Page Banner

United States Department of Agriculture

Agricultural Research Service

New Gel Bait Now Available for Fire Ant Control / June 12, 2003 / News from the USDA Agricultural Research Service

Agricultural Research Service
U.S. Department of Agriculture
ARS News and Information Search News and Info Science for Kids Image Gallery Agricultural Research Magazine Publications and Newsletters News Archive News and Info home ARS News and Information
Latest news | Subscribe

 

New Gel Bait Now Available for Fire Ant Control

By Jan Suszkiw
June 12, 2003

Fine--but deadly--dining awaits pesky ants that sample a new bait gel formulation developed by Agricultural Research Service scientists and a cooperating company.

Waterbury Companies, Inc. will sell the new bait gel as Drax NutraBait later this month pending Environmental Protection Agency registration on its use for odorous house-, pavement-, pharaoh-, little black-, ghost-, Argentine-, carpenter- and crazy ants.

ARS and Waterbury recently applied for a joint patent on the bait gel formulation since it is eaten by fire ants--a first for such products, according to Guadalupe Rojas, an entomologist at ARS' Southern Regional Research Center (SRRC) in New Orleans, LA. Rojas and ARS entomologist Juan Morales-Ramos began working on the new formulation there about three years ago to lure the tiny, stinging pests away from bait traps intended to kill Formosan subterranean termites. Both pests are targets of large-scale ARS research and control projects in the Southeast.

Under a cooperative agreement signed in 2002, Waterbury researchers Ligia Hernandez and Jonathan Peters collaborated with the ARS entomologists to refine and adapt the formulation to Waterbury's bait gel specifications. Waterbury indicates it has supplied experimental use samples to university scientists for independent testing in side-by-side comparisons with other products.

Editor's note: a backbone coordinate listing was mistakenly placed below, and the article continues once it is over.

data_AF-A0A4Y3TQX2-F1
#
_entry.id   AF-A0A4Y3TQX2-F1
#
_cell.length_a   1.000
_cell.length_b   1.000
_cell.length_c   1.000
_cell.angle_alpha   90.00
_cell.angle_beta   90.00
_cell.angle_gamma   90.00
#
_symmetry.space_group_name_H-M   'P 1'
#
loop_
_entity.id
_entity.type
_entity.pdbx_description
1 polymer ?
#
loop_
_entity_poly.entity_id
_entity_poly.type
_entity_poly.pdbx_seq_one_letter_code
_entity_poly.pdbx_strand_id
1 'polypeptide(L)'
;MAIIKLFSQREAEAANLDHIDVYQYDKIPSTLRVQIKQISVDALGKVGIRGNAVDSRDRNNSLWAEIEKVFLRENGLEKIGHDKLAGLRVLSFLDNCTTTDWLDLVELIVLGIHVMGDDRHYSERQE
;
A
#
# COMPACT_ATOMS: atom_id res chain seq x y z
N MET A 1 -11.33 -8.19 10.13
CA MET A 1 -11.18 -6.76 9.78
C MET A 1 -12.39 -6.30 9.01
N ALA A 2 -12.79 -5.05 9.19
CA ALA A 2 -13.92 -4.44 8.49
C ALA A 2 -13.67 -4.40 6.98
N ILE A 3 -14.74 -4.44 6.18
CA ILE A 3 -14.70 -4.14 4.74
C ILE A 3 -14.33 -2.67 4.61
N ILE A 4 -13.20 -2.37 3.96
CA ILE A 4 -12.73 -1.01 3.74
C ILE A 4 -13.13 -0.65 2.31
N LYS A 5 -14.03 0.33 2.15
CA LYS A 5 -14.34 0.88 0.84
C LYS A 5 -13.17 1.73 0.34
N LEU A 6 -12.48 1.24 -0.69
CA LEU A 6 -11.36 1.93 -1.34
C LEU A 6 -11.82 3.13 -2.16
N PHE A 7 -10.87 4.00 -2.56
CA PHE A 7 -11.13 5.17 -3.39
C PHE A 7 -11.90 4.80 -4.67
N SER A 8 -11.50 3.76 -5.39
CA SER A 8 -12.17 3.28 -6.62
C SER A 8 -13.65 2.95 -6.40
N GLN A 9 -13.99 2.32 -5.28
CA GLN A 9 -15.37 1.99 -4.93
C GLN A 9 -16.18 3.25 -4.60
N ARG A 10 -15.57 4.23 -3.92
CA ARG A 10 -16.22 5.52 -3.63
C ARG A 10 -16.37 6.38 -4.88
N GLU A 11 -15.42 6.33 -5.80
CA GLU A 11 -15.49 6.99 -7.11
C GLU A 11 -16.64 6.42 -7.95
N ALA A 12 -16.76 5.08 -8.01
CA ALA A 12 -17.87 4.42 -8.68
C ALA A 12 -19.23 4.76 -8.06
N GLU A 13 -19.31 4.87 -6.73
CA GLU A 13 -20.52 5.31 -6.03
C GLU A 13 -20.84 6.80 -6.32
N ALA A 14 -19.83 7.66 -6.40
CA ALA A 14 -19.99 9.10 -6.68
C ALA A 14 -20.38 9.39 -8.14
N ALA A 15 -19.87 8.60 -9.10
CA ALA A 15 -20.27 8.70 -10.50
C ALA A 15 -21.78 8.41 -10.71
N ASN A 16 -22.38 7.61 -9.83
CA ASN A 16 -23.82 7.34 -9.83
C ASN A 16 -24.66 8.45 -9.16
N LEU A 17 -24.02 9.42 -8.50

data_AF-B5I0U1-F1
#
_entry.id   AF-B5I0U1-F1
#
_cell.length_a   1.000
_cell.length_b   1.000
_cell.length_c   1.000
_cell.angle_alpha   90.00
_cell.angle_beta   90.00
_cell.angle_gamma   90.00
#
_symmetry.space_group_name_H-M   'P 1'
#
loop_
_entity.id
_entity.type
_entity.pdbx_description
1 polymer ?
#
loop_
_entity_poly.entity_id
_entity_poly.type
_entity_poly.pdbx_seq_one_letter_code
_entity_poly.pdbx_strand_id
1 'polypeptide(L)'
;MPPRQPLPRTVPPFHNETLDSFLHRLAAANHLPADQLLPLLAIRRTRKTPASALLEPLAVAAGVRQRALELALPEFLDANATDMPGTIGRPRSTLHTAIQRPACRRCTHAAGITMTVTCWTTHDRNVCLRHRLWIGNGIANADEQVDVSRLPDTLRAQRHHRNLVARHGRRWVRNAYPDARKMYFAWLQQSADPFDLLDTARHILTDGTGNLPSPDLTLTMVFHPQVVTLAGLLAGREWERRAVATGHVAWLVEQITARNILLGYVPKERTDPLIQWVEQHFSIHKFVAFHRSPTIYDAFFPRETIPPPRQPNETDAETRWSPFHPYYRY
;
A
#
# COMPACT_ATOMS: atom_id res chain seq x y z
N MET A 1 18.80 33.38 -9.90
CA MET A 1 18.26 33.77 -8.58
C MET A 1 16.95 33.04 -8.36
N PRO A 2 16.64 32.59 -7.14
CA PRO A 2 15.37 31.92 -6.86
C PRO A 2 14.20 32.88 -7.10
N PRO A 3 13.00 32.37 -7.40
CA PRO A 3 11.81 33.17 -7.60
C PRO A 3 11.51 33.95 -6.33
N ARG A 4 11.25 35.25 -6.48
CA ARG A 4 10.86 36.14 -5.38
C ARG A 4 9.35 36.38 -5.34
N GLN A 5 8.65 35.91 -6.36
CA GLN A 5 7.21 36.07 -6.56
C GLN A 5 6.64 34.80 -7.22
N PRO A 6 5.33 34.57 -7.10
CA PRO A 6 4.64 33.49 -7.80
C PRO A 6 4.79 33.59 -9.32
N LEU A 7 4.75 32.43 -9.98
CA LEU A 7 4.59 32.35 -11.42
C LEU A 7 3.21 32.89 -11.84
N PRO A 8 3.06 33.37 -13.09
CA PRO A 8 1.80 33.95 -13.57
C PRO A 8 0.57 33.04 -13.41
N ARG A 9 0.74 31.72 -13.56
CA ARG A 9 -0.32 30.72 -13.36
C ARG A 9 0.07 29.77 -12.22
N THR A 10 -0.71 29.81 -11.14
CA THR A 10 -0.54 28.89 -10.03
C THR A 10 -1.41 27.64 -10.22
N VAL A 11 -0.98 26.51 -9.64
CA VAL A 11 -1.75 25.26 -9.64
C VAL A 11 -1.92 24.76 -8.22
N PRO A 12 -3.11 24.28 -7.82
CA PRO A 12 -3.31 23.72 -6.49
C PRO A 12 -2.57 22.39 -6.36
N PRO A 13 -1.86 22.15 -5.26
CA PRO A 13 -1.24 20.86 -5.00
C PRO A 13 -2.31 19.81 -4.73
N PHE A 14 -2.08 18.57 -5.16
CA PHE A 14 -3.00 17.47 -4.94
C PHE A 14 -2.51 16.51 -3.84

ARS' bait gel tests include ongoing, areawide trials at four fire ant-infested sites: ARS-SRRC; the ARS U.S. Small Fruits Research Unit in Poplarville, Miss.; a residential neighborhood in Poplarville; and the Mississippi State University Experiment Station.

Observing and chemically analyzing what the pest likes to eat at different times of the year was critical to the entomologists' development of the bait formulation, which comprises a specific mixture of carbohydrates, lipids and proteins. The final product is a weather-resistant, yellow gel that the ants will eat year-round and that can be squeezed onto both flat and vertical surfaces. It contains 5 percent boric acid, which, in tests, killed fire ant colonies in two months or less, depending on their size and the season.

ARS is the U.S. Department of Agriculture's chief scientific research agency.

Top | News Staff | Photo Staff

E-mail the web team Privacy and other policies Site map About ARS Information Staff Bottom menu

Home | News | Pubs | Magazine | Photos | Sci4Kids | Search
About ARS Info | Site map | Policies | E-mail us

Last Modified: 6/12/2003
Footer Content Back to Top of Page